Physicians can now offer molecular testing that uncovers an unprecedented view of the human genome in a cost affordable manner. Sequencing can refer to deep sequencing a gene or a panel of genes, the protein coding portion of the genome known as the Exome or sequencing the Full Genome. Matching the correct molecular diagnostic test to the patient at hand is what Genection wants to achieve with patients and their physicians.
Much of the genome remains clouded with respect to disease. However, large projects like The Encyclopedia of DNA Elements (ENCODE) have provided new insights into the regulation of the genome thus providing the groundwork for ultimately assigning every genomic variant to its possible impact of human diseases such as cancer, heart disease, and Alzheimer's. Genection hopes to speed up the process by which new medical knowledge is disseminated into clinical practice.
Cancer diagnosis and treatment
In the past, physicians would often look at a few candidate genes to see if it was a cancer driver. However, now physicians can look at an entire genome in an unbiased way. With this information they could treat patients in a targeted manner whereby patients may experience less side effects and better efficacy then traditional diagnostic conventional patterns of treatment.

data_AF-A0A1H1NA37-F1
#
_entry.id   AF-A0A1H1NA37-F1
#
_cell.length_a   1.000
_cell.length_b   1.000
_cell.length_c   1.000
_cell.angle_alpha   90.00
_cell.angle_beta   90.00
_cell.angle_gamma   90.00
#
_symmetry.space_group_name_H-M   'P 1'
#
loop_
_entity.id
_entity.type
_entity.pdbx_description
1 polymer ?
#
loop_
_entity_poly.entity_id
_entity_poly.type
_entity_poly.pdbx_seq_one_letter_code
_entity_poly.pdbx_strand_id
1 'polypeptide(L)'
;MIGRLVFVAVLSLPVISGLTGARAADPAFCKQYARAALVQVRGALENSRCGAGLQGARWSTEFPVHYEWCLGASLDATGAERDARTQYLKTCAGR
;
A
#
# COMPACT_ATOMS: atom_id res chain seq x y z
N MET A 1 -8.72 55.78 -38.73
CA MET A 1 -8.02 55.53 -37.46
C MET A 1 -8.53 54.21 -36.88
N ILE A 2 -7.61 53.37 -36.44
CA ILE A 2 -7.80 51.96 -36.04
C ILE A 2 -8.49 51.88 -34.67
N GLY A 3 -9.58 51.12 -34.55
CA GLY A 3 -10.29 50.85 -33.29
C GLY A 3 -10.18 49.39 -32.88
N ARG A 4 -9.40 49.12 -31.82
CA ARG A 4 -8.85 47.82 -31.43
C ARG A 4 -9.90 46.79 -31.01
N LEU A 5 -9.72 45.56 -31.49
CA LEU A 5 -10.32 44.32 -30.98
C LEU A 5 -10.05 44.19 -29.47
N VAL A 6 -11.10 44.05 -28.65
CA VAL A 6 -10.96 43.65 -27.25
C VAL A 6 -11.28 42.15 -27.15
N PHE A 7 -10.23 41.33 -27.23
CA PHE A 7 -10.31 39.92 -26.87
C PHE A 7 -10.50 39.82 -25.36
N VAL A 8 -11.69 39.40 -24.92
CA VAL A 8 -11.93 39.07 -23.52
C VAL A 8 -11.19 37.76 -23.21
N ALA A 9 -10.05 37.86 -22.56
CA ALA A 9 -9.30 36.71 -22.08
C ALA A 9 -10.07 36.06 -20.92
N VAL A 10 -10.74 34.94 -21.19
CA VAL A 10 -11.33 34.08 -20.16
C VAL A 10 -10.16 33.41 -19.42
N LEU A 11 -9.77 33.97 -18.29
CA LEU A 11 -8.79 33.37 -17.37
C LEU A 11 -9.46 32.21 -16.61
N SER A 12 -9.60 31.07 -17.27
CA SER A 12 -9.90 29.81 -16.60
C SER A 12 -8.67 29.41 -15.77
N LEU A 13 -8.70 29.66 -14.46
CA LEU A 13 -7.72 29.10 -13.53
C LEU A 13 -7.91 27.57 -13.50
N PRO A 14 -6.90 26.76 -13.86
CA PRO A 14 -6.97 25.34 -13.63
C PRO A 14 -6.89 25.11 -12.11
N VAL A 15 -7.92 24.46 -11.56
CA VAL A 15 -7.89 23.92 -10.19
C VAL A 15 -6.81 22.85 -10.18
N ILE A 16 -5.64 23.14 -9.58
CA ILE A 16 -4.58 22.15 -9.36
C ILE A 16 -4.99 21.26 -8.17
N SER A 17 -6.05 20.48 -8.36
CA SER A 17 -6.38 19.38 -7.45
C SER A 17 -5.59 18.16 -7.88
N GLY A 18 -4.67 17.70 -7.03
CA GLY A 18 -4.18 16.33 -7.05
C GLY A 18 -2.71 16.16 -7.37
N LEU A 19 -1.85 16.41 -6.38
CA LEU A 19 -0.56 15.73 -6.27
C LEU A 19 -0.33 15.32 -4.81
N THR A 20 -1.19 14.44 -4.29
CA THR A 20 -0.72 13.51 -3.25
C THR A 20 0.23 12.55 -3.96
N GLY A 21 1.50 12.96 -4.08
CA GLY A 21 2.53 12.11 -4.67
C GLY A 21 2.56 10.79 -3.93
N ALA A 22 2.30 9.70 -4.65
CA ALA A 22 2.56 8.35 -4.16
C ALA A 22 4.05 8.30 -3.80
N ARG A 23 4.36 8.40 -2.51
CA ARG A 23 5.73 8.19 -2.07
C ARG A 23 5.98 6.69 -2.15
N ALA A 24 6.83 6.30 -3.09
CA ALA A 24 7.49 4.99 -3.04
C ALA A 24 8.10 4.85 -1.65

Rare or Unknown Diseases
Physicians have often been limited in the ability to drill down to the root causes of disease due to the limitations in reading the DNA sequence. In the past, some families have been left with no diagnosis or vague answers for why their child is suffering from a particular disease. Now genomics may be able to explain or clarify clinical diagnosis. With over 5000 Mendelian Disorders it can prove daunting for even well trained specialists to come to the exact genetic diagnosis; however; exome or full genome sequencing may speed up this process and reduce costs.
As physicians gain experience with the interpretation and clinical utility of whole genomes, Genection can imagine a time soon when all people will have their full genomic information.